For some, it may be hard to believe that Taj Mahal's new album, Maestro, celebrates the blues legend's 40th year of recording. For me, it's hard to believe that it's been only 40 years. My initial exposures to Taj Mahal as a teen - first on a Columbia compilation called Superock, then on late night FM/college radio - led me to believe that I was listening to a bluesman of vintage quality, a grizzled old vet who recorded in hotel rooms in front of a single mic and sold his shellac 78s out of the back of a Model T. I would never have imagined that the authentic old bluesman that roared out of the speakers in the '70s was barely in his mid-20s when he made those recordings.
"By the time I recorded in '67 and '68, I had been playing since the late '40s, learning and playing," says Mahal via phone, in his distinctively gruff yet warm voice. "It was in the late '50s that I started playing out - outside of church and home and family - but the music I started with was the music I started playing, and I learned it legitimately from folks that were from the South, like my mother. The other side of the family's from the Caribbean so there's those influences. If your dad's a blacksmith and you hang out with him, with the iron and the anvil and the big hammers and the horses, you might be a blacksmith too."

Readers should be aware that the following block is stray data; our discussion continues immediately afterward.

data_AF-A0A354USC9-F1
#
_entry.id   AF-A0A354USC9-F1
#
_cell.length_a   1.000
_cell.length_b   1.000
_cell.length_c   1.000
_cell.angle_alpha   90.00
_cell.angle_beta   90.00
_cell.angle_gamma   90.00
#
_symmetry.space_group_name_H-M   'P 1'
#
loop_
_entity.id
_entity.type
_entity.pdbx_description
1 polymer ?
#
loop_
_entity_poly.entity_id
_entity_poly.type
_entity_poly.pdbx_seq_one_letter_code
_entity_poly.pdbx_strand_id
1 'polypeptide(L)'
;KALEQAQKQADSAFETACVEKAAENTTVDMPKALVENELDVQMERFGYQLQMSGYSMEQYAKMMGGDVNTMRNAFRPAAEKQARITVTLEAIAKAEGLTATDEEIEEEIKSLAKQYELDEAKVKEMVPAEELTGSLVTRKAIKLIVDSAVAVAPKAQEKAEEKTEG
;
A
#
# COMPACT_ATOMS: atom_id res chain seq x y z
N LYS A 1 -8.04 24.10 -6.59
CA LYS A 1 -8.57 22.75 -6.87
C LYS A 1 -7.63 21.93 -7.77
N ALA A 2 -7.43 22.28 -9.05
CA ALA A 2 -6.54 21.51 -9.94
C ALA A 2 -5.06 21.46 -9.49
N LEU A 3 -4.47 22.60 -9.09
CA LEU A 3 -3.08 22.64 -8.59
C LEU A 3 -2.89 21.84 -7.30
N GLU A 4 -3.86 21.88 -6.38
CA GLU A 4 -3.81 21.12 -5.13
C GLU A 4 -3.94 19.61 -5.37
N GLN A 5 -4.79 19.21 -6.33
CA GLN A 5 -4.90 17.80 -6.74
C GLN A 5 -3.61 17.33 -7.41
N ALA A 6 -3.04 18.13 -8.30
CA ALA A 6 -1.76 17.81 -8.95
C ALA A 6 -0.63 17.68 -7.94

Mahal's natural authenticity is a test-ament to how deeply engrained the music is in his DNA. Born in Harlem in 1942 and raised in Springfield, Massachusetts, he grew up in a richly diverse musical culture, thanks to his parents: His father was a Caribbean jazz pianist/composer; his mother was a schoolteacher/gospel singer from South Carolina. Mahal learned classical piano, clarinet, trombone and harmonica early on, and his singing skills were natural.